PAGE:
Still, we sense what he means the first time she shows up in the movie, around halfway in: with her dramatic face, glamorous haircut, and fur coat, Jacqueline steps into The Seventh Victim like she’s from another movie, or maybe just the only person who properly belongs to this one. She couldn’t be more different from her sensible sister or clean-cut husband, who end up falling in love with each other during her absence, or even the other Satanists, who seem like fairly dull people, all considered. There is something about her that the people around her, grounded as they are in a shared reality, a world of health, can’t comprehend. And if they can’t comprehend it, well, it must not be true. Her sister opens a door and sees Jacqueline standing there; opens it again, and finds her vanished. Something about this woman’s reality is simply unstable.

The cult also doesn’t understand why, since Jacqueline thinks so often of killing herself, she can’t just kill herself to accommodate them. “You were always talking suicide — of ending your life when you wanted to,” one says to her. To Jacqueline’s dry response (“when I wanted to”), another responds: “It doesn't matter. You want to now. You should want to. It's your obligation, your duty.” But Jacqueline bristles against the should of suicide as much as she does against the should of life. It’s her determination not to be forced into living or dying that shapes her response, right up to the end of the movie, when, after successfully facing down the cult, she goes to her little room with her noose, and kills herself anyway, the thud of the chair landing as someone else, a dying woman determined to enjoy a night on the town, unaware of what that noise means, walks past her door and down the stairs.


To an RKO executive who told him not to put “messages” in his pictures, Lewton once said: “We do have a message, and our message is that death is good.” The Seventh Victim could only be a product of this belief, but its fundamental tension is that it can’t really say that death is good, either, at least in the sense of endorsing suicide. You don’t want Jacqueline to die; her suicide is not a happy ending. In her desperate battle to keep a life that she, in some other sense, can take or leave, she strikes me as one of the truest depictions of a suicidal person I know. What would victory even look like for Jacqueline? Like her doomed counterpart in Cat People, she looks for help where she’s supposed to find it — romantic love, psychiatry — but finds only people who are unwilling or unable to understand her. The draw of the evil-worshipping cultists for her is apparent, but so is her quick disillusionment. They don’t have any big secret or truth. They’re just a bunch of well-off people in a drawing room, something Jacqueline is already too familiar with.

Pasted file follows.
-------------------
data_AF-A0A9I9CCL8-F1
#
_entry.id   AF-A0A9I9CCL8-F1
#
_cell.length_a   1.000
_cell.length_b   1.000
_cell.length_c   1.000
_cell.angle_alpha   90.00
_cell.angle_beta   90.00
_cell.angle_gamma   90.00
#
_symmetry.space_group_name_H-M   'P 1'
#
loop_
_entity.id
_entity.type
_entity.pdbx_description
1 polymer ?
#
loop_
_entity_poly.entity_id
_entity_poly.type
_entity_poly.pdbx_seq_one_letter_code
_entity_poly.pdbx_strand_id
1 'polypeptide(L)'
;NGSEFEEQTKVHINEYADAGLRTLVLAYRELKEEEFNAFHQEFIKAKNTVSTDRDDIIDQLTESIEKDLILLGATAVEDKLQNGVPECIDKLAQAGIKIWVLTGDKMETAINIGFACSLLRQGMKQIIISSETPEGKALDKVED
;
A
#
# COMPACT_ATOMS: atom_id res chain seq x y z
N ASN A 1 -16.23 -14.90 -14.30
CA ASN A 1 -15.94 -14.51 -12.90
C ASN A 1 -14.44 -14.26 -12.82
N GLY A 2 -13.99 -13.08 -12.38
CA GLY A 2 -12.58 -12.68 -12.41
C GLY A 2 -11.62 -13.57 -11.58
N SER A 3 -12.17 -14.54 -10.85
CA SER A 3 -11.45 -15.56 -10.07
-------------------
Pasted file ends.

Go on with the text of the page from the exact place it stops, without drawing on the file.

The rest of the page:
You can choose to die, but you can’t really choose to live, even if you’ve got a noose in your closet: you’re just choosing not to die for the moment. Life is something we have without asking for it and, if we let things take their natural course, it goes without our asking for that either. You don’t even really need to make a lot of effort to stay alive, most of the time. Of the many things we never get to choose, our lives are the ultimate unchosen condition underlying everything else. The only way to make the time you spent seem like time you chose is to end it preemptively. For many people, this is not a problem. For a few, it is the only problem.

A different movie would try to paint a world in which Jacqueline had a lot to live for, but The Seventh Victim takes everything away from her: there’s nothing left in life for her to try and she will improve her sister’s life if she dies (by freeing her sister to marry her husband). A different movie might have made Jacqueline seem crazy, but we understand that she is perfectly sane. Wherever it can, The Seventh Victim tries to stack the decks of life and death equally; it wants suicide to be a choice Jacqueline gets to make, even if it’s a mistake.